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The unlucky manage of this fatal brawl:
There lies the man, slain by young Romeo,
That slew thy kinsman, braye Mercutio.
La. Cap. Tybalt, my cousin!-O my brother's
Unhappy sight! ah me, the blood is spill'd
Of my dear kinsman!—Prince, as thou art true,
For blood of ours, shed blood of Montague.-
O cousin, cousin !
Prin. Benvolio, who began this bloody fray?
Ben. Tybalt, here slain, whom Romeo's band did
Romeo that spoke him fair, bade him bethink
How nice the quarrel was, and urg'd withal
Your high displeasure:--All this-uttered
With gentle breath, calm look, knees humbly
Could not take truce with the unruly spleen
Of Tybalt deaf to peace, but that he tilts
With piercing steel at bold Mercutio's breast;
Who, all as hot, turns deadly point to point,
And, with a martial scorn, with one hand beats
Cold death aside, and with the other sends
It back to Tybalt, whose dexterity
Retorts ít: Romeo he cries aloud,
Hold, friends! friends, part! and, swifter than his
His agile arm beats down their fatal points,
And 'twixt them rushes; underneath whose arm
An envious thrust from Tybalt hit the life
Of stout Mercutio, and then Tybalt fled:
But by and by comes back to Romeo,
Who had but newly entertain'd revenge,
And to't they go like lightning; for, ere I
Could draw to part them, was stout Tybalt slain;
And, as he fell, did Romeo turn and fly:
This is the truth, or let Benvolio die.
La. Cap. He is a kinsman to the Montague,
Affection makes him false, he speaks not true:
Some twenty of them fought in this black strife,
And all those twenty could but kill one life:
I beg for justice, which thou, prince, must give;
Romeo slew Tybalt, Romeo must not live.
Prin. Romeo slew him, he slew Mercutio ;
Who now the price of his dear blood doth owe?
Mon. Not Romeo, prince, he was Mercutio's
His fault concludes but, what the law should end,
The life of Tybalt.
And, for that offence,
Immediately we do exíle him hence:
I have an interest in your hates' proceeding,
My blood for your rude brawls doth lie a bleeding;
But I'll amerce you with so strong a fine,
you sball all repent the loss of mine:
I will be deaf to pleading and excuses;
Nor tears, nor prayers, shall purchase out abuses,
Therefore use none : let Romeo hence in haste,
Else, when he's found, that hour is his last.
Bear hence this body, and attend our will:
Mercy but murders, pardoning those that kill.
[Exeunt. SCENE II.
A Room in Capulet's House.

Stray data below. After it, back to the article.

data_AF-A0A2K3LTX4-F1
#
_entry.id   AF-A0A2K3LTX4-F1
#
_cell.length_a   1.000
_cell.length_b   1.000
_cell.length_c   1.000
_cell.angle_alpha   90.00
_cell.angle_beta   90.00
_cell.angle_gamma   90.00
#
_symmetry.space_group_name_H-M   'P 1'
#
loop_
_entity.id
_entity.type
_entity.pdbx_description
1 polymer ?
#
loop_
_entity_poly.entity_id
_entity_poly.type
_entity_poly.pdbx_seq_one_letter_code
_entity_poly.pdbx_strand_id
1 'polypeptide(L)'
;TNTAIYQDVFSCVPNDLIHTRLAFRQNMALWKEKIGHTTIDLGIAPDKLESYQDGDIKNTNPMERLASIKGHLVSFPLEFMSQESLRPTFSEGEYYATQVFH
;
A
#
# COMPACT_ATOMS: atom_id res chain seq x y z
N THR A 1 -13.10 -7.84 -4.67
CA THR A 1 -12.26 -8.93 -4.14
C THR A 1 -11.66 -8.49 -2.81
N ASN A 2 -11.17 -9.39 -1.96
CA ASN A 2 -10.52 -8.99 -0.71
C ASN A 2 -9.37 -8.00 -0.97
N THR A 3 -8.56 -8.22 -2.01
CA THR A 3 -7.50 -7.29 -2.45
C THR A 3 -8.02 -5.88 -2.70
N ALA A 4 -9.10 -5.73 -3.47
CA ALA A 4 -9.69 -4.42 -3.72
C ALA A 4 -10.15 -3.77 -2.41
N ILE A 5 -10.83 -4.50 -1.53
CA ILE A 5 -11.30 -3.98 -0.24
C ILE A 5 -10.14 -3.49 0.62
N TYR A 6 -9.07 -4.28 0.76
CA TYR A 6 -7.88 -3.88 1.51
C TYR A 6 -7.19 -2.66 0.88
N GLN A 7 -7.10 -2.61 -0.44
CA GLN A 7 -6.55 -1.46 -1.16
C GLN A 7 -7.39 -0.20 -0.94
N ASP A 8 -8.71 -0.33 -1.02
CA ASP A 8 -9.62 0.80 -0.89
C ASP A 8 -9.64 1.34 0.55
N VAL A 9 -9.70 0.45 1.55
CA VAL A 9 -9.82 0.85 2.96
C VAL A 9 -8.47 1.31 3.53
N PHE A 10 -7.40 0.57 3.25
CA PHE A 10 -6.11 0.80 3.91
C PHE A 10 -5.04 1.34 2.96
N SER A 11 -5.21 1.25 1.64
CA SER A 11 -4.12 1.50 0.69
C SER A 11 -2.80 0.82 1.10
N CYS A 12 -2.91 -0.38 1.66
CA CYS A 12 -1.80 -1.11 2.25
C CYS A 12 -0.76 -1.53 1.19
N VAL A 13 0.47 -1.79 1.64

Jul. Gallop apace, you fiery-footed steeds,
Towards Phæbus' mansion; such a waggoner
As Phaeton would whip you to the west,
And bring in cloudy night immediately.-
46 Spread thy close curtain, love-performing night!
That run-away's eyes may wink; and Romeo
Leap to these arms, untalk'd of, and unseen!
Lovers can see to do their amorous rites
By their own beauties : or, if love be blind,
It best agrees with night.-Come, civil night,
Thou sober-suited matron, all in black,
And learn me how to lose a winning match,
Play'd for a pair of stainless maidenhoods:
unmann'd blood bating in my cheeks, With thy black mantle; till strange love, grown
bold, Think true love acted, simple modesty. Come, night!--Come, Romeo! come, thou day in
night! For thou wilt lie upon the wings of night Whiter than new snow on a raven's back.
Come, gentle night; come, loving, black-brow'd
night, Give me my Romeo: and, when he shall die, Take him and cut him out in little stars, And he will make the face of heaven so fine, That all the world will be in love with night, And pay no worship to the garish sun.O, I have bought the mansion of a love, But not possess'd it; and, though I am sold, Not yet enjoy'd: So tedious is this day, As is the night before some festival To an impatient child, that hath new robes, And may not wear them. O, here comes my nurse,
Enter Nurse, with cords. And she brings news; and every tongue, that speaks But Romeo's name, speaks heavenly eloquence. Now, nurse, what news? What hast thou there? the
cords, That Romeo bade thee fetch? Nurse.
Ay, ay, the cords.
[Throws them down. Jul. Ah me! what news! why dost thou wring
thy hands? Nurse. Ah well-a-day! he's dead, he's dead, he's
We are undone, lady, we are undone!-
Alack the day!-he's gone, he's kill'd, he's dead!
Jul. Can heaven be so envious ?
Though heaven cannot:-O Romeo ! Romeo !-
Who ever would have thought it?-Romeo !
Jul. What devil art thou, that dost torment me
This torture should be roar'd in dismal hell.
Hath Romeo slain himself? say thou but I,
And that bare vowel I shall poison more
Than the death-darting eye of cockatrice :
I am not I, if there be such an I;
Or those eyes shut, that make thee answer, I,
If he be slain, say—I; or if not, no:
Brief sounds determine of my weal, or woe.
Nurse. I saw the wound, I saw it with mine eyes,
God save the mark !-here on his manly breast:
A piteous corse, a bloody piteous corse;
Pale, pale as ashes, all bedawb'd in blood,
All in gore blood ;-I swooned at the sight.
Jul. O break; my heart !-poor bankrupt, break at
To prison, eyes! ne'er look on liberty!
Vile earth, to earth resign; end motion here;
And thou, and Romeo, press one heavy bier !
Nurse. O Tybalt, Tybalt, the best friend I had !
O courteous Tybalt! honest gentleman !
That ever I should live to see thee dead !
Jul. What storm is this, that blows so contrary?
Is Romeo slaughter'd ? and is Tybalt dead?
My dear-lov'd cousin, and my dearer lord?-
Then, dreadful trumpet, sound the general doom!
For who is living, if those two are gone?